The Court must be wary of granting summary judgment in actions asserting a breach of the duty of fair representation because such decisions generally require the Court to probe the intent and state of mind of the bargaining agent to determine whether its actions were discriminatory, arbitrary, or in bad faith. Caudle, 676 F. Supp. at 318. Nonetheless, in order to survive a motion for summary judgment, plaintiff must offer concrete evidence regarding the bargaining agent's state of mind and cannot simply rely on conclusory allegations regarding intent. Id. Furthermore, when relying on the result of the bargaining agent's negotiations to establish a breach of the duty of fair representation rather than upon any direct evidence of hostility or arbitrariness, the bargaining agent's wide discretion in conducting negotiations must be considered. "Any substantive examination of a union's performance . . . must be highly deferential, recognizing the wide latitude that negotiators need for the effective performance of their bargaining responsibilities." Air Line Pilots Ass'n, Int'l v. O'Neill, 499 U.S. 65, 78, 111 S.Ct. 1127, 113 L.Ed.2d 51 (1991). "[T]he final product of the bargaining process may constitute evidence of a breach of duty only if it can be fairly characterized as so far outside a wide range of reasonableness that it is wholly irrational or arbitrary." Id. (internal citation and quotation omitted). Accordingly, where plaintiff has failed to offer concrete evidence of the necessary state of mind by the bargaining agent, summary judgment is appropriate.

Analysis

A. § 301 Claim — Breach of the Duty of Fair Representation by
  Local 400

Plaintiff asserts that Local 400 breached its duty of fair representation by failing to take her claim to the only stage of the grievance procedure — arbitration — which she contends would have fully protected her rights against her employer, defendant Morena. Although conceding that an employee has no absolute right to arbitration, plaintiff asserts that Local 400 refused to take her claim to arbitration because it was involved in a conspiracy with defendant Morena to prevent her from successfully challenging her termination rather than because of any reason consistent with its duty of fair representation.*fn3 She alleges that Local 400 involved itself in such a conspiracy because of its hostility towards her for her role as a union steward.*fn4 In support of her contention that Local 400's decision not to proceed to arbitration on her grievance was based upon hostility towards her rather than upon any legitimate rationale, plaintiff relies almost entirely on the alleged inadequacies of the settlement offer negotiated by Local 400.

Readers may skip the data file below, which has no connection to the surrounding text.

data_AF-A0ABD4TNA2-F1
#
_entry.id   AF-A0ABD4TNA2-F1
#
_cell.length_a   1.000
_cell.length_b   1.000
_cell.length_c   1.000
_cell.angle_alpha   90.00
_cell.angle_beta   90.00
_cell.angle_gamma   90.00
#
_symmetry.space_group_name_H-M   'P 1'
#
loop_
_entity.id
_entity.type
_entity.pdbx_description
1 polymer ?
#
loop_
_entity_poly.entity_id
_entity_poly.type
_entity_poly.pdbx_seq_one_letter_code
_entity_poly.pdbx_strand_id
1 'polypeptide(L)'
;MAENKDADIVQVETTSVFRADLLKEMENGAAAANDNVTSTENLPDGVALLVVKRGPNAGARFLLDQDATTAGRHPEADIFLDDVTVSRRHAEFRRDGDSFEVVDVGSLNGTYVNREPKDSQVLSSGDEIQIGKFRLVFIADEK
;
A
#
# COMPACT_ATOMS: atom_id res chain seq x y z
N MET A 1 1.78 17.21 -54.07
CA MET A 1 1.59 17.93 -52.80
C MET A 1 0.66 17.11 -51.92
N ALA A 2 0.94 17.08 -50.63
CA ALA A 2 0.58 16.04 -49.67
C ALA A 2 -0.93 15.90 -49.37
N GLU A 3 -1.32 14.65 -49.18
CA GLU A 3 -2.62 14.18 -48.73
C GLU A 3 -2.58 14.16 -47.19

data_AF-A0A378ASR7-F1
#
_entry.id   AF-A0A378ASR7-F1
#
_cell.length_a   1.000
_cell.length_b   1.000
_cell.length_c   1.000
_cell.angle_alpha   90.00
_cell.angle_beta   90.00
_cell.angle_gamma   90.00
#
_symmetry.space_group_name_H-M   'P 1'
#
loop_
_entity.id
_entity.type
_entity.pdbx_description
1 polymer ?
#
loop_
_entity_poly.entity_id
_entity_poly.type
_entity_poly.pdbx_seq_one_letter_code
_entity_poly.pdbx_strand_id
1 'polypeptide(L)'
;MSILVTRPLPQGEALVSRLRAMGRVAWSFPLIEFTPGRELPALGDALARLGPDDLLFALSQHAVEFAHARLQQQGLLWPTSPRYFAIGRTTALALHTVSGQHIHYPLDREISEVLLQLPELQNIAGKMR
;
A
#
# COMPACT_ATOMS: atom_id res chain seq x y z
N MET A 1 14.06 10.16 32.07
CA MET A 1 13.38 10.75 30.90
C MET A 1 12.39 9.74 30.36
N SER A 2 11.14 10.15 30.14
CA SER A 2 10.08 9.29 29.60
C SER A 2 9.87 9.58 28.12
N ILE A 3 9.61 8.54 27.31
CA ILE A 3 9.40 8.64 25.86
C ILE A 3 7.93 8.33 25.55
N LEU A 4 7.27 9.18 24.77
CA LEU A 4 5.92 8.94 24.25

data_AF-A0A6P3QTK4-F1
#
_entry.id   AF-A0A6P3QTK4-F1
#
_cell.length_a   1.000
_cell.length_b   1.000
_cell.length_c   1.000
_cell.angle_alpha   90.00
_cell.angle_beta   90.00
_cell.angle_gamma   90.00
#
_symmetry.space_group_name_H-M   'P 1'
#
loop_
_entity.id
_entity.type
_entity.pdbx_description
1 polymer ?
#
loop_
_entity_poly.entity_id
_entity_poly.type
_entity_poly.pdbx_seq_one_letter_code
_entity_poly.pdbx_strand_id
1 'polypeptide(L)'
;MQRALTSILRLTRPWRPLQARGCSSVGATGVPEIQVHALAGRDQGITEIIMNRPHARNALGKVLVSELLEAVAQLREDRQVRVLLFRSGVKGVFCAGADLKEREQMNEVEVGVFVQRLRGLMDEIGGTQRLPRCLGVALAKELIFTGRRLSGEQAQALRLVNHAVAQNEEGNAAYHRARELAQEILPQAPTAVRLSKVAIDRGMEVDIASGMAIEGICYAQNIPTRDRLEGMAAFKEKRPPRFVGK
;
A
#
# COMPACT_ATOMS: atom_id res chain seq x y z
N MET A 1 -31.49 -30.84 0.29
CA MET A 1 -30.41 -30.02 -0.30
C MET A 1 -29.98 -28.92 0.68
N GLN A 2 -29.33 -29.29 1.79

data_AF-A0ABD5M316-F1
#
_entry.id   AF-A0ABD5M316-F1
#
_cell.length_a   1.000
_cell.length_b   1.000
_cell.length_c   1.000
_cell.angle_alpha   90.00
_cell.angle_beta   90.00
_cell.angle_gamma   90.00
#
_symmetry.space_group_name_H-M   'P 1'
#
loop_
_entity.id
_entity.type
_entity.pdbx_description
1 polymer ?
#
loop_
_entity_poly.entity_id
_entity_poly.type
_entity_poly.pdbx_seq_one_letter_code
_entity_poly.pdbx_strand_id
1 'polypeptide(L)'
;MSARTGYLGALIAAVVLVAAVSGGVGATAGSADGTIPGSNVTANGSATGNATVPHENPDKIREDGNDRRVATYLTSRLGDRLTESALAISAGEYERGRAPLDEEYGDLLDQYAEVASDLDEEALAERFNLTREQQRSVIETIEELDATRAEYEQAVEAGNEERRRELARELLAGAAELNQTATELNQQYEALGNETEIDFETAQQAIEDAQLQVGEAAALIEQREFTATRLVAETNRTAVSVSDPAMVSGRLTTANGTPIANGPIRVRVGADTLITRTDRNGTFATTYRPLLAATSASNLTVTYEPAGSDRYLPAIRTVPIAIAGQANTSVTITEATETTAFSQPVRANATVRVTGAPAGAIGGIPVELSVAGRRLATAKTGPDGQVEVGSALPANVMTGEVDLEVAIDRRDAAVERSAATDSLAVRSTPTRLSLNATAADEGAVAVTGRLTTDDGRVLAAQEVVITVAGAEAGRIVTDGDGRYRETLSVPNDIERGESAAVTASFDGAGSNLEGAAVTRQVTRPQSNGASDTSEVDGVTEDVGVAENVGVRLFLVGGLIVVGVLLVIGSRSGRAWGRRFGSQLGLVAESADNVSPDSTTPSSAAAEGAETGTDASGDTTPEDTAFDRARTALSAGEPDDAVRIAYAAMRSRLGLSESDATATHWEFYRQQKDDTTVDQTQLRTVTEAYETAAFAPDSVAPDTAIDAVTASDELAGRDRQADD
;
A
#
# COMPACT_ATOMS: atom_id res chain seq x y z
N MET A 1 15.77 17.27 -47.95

Local 400 asserts that it decided not to proceed to arbitration because it believed that defendant Morena's settlement offer of reinstatement to her original position and back pay for a three-day suspension and for the period between her termination and the offer of substitute employment was the best result she could realistically expect to obtain through arbitration and that proceeding to arbitration under those circumstances would simply have been a waste of union resources. Plaintiff contends that the settlement offer was fatally flawed because it did not provide back pay for the period following her rejection of a position at Andrews Air Force Base, compensation for lost profits or clientele, explicit acknowledgment that her seniority rights and other job benefits would be restored, or pay for accrued vacation time.*fn5 In light of the settlement offer's supposed inadequacies, plaintiff contends that Local 400's decision not to pursue arbitration could not have been based upon its honest belief that she could obtain no better results at arbitration.